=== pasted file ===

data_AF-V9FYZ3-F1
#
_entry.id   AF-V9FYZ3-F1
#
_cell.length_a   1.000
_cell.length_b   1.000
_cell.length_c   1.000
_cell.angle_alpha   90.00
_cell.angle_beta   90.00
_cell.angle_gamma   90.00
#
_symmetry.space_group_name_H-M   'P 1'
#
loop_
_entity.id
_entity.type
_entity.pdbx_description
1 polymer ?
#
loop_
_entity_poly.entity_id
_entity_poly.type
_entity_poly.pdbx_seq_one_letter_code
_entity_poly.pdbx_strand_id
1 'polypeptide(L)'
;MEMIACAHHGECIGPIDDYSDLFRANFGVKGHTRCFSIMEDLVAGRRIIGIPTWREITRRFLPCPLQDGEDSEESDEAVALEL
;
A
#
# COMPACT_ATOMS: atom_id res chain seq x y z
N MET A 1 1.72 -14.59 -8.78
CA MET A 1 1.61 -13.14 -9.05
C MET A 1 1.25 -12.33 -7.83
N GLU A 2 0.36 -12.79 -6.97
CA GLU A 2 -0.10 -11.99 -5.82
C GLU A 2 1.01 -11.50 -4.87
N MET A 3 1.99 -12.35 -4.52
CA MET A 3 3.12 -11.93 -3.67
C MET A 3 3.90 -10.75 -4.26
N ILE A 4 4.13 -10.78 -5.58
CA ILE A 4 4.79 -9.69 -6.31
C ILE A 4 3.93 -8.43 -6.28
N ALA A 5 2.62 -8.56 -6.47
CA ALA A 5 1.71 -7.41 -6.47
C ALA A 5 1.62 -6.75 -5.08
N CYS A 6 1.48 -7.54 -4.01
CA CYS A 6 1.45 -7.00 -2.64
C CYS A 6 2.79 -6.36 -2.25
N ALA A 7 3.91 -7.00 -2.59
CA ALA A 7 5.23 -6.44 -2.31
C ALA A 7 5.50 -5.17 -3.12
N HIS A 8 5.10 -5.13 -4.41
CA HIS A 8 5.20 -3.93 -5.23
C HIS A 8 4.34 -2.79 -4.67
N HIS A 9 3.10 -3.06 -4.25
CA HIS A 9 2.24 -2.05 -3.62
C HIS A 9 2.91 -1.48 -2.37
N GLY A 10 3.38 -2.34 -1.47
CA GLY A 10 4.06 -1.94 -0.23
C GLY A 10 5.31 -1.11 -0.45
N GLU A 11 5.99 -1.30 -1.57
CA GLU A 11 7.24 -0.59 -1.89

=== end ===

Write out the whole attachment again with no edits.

data_AF-V9FYZ3-F1
#
_entry.id   AF-V9FYZ3-F1
#
_cell.length_a   1.000
_cell.length_b   1.000
_cell.length_c   1.000
_cell.angle_alpha   90.00
_cell.angle_beta   90.00
_cell.angle_gamma   90.00
#
_symmetry.space_group_name_H-M   'P 1'
#
loop_
_entity.id
_entity.type
_entity.pdbx_description
1 polymer ?
#
loop_
_entity_poly.entity_id
_entity_poly.type
_entity_poly.pdbx_seq_one_letter_code
_entity_poly.pdbx_strand_id
1 'polypeptide(L)'
;MEMIACAHHGECIGPIDDYSDLFRANFGVKGHTRCFSIMEDLVAGRRIIGIPTWREITRRFLPCPLQDGEDSEESDEAVALEL
;
A
#
# COMPACT_ATOMS: atom_id res chain seq x y z
N MET A 1 1.72 -14.59 -8.78
CA MET A 1 1.61 -13.14 -9.05
C MET A 1 1.25 -12.33 -7.83
N GLU A 2 0.36 -12.79 -6.97
CA GLU A 2 -0.10 -11.99 -5.82
C GLU A 2 1.01 -11.50 -4.87
N MET A 3 1.99 -12.35 -4.52
CA MET A 3 3.12 -11.93 -3.67
C MET A 3 3.90 -10.75 -4.26
N ILE A 4 4.13 -10.78 -5.58
CA ILE A 4 4.79 -9.69 -6.31
C ILE A 4 3.93 -8.43 -6.28
N ALA A 5 2.62 -8.56 -6.47
CA ALA A 5 1.71 -7.41 -6.47
C ALA A 5 1.62 -6.75 -5.08
N CYS A 6 1.48 -7.54 -4.01
CA CYS A 6 1.45 -7.00 -2.64
C CYS A 6 2.79 -6.36 -2.25
N ALA A 7 3.91 -7.00 -2.59
CA ALA A 7 5.23 -6.44 -2.31
C ALA A 7 5.50 -5.17 -3.12
N HIS A 8 5.10 -5.13 -4.41
CA HIS A 8 5.20 -3.93 -5.23
C HIS A 8 4.34 -2.79 -4.67
N HIS A 9 3.10 -3.06 -4.25
CA HIS A 9 2.24 -2.05 -3.62
C HIS A 9 2.91 -1.48 -2.37
N GLY A 10 3.38 -2.34 -1.47
CA GLY A 10 4.06 -1.94 -0.23
C GLY A 10 5.31 -1.11 -0.45
N GLU A 11 5.99 -1.30 -1.57
CA GLU A 11 7.24 -0.59 -1.89